Align your policies with your mission

Your policies and actions as a company are some of the best methods for building an employer brand. Satisfied employees will spread their positive experiences with your company through their professional network. Work to build a diverse and inclusive workplace that has employee-friendly policies and affirms your company mission.

 

Create a brand ambassador program

Your employees can provide the most authentic, first-hand experiences with the public that demonstrate your brand as an employer. Have your employees document their experiences working for your company to provide an inside perspective on the company culture and how employee actions can directly impact the overall mission. This helps the internal employer branding within your company and advertises it to customers as a selling point of the products.

 

Encourage company reviews

Provide incentives for employees to give feedback and share their honest opinion of your company. Once you’re confident in your workplace culture, asking for anonymous employee reviews both internally and on job websites can create more awareness of your status as a great employer. It can also help you stay aware of your internal reputation and how it impacts your professional circle.

 

Frontload your onboarding

When hosting new employee orientation, be clear about the values you want to embody as a team. Having effective onboarding that introduces new employees to the existing environment helps them get situated and start to feel like a team. A good onboarding process strengthens the workplace culture and helps new employees form a bond with their employer.

 

Be a storyteller with multimedia

Share videos, blog posts and podcasts to showcase the individual expertise at your company and tell a story about the company’s growth and goals for future development. Your company’s history is a powerful tool for employer branding and showing your current and future employees their opportunity to grow with the company and be part of an inspiring or impactful company narrative.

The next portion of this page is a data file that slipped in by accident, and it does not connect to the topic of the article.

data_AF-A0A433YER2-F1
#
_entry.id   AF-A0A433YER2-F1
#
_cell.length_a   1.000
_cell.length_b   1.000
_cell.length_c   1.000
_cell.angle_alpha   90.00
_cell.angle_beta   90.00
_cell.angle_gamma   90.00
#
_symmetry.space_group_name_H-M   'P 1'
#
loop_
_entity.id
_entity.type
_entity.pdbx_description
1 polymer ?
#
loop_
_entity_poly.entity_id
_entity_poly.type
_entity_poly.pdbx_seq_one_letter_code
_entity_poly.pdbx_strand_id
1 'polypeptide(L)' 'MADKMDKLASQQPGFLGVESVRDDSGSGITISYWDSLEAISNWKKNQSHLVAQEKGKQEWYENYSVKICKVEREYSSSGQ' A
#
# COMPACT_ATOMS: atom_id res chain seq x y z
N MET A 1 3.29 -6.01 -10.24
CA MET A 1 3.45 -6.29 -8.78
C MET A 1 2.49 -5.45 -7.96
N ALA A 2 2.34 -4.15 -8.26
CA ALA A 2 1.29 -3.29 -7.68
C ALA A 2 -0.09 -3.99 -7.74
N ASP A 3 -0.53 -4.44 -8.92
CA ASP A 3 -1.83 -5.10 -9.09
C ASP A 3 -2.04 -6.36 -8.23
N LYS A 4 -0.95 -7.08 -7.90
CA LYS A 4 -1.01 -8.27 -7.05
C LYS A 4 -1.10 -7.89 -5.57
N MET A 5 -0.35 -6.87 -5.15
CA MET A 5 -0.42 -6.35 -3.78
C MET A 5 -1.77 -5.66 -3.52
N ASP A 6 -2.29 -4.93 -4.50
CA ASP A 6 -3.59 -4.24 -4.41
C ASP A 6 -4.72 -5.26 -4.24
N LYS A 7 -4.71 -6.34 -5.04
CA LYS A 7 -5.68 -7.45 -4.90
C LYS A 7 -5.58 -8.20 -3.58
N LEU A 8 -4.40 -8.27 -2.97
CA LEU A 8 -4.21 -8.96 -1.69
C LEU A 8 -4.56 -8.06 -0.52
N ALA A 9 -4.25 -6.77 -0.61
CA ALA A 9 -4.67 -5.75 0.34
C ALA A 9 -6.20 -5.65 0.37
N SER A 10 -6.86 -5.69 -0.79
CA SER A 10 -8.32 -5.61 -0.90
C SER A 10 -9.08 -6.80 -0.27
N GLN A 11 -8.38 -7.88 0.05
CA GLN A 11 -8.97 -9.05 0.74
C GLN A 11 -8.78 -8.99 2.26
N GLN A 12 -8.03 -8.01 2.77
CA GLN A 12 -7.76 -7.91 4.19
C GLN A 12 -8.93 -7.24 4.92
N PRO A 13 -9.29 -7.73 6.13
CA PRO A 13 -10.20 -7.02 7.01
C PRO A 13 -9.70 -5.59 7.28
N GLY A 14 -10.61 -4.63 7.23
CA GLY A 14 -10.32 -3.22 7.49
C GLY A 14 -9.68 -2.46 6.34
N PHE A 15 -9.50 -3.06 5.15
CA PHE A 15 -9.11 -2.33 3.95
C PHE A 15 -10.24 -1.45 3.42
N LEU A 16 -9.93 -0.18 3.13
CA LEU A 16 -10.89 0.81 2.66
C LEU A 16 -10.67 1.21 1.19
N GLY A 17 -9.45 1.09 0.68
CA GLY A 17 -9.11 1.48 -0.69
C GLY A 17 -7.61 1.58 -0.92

Related: A Guide to Creating Content for Your Business

 

Optimize your website 

Use clear, consistent messaging on your company’s website to express your values and responsibilities as an employer. Provide insight into your company culture and various benefits using engaging, interactive web pages with intuitive navigation. Making it easy for future employees and members of the public to learn about the steps you are taking to creat a positive employer brand that is mutuall beneficial for the business and its employees. 

 

Don’t shy away from criticism

When you receive criticism from employees or notice bad revierws, take time to process the information and seriously address its cause. Being accountable and transparent are both positive qualities and can create trust among your staff and the customers who support you.

 

Frequently asked questions about employer branding

What does employee value proposition mean?

An employee value proposition or EVP refers to the positive attributes that a company has to offer their workforce. It specifically refers to what makes a company’s benefits unique from other businesses and why a candidate would choose to work at that business instead of with a competitor. Employers use their EVP when advertising job postings to attract candidates with benefits such as compensation, time off, amenities, overall company culture and professional development opportunities. Defining a specific EVP for your company allows you to have a concise way to explain what you have to offer talented candidates.

Who is responsible for employer branding?

Your company’s leadership team is responsible for implementing employer branding efforts. Public relations, human resources and marketing employees have the biggest direct impact on employer branding because they interact with the public and the company’s staff, but every employee at a company can contribute to a company’s employer brand through participating in brand ambassadorship or engaging in company culture initiatives. Onboarding, social media management, fundraising, visual messaging and other aspects of employer branding are a team effort that requires collaboration from people of all levels of seniority and all departments at a business.

What is internal employer branding?

Internal employer branding is the part of employer branding that focuses on current employee relationships. It refers to internal communications and expectations for how leadership and staff interact to embody a company’s values and goals for overall branding. Internal employer branding works to educate staff, gather their feedback and apply it to the workplace culture. It includes the employer value proposition and any strategies a company uses to improve its relationships with current employees.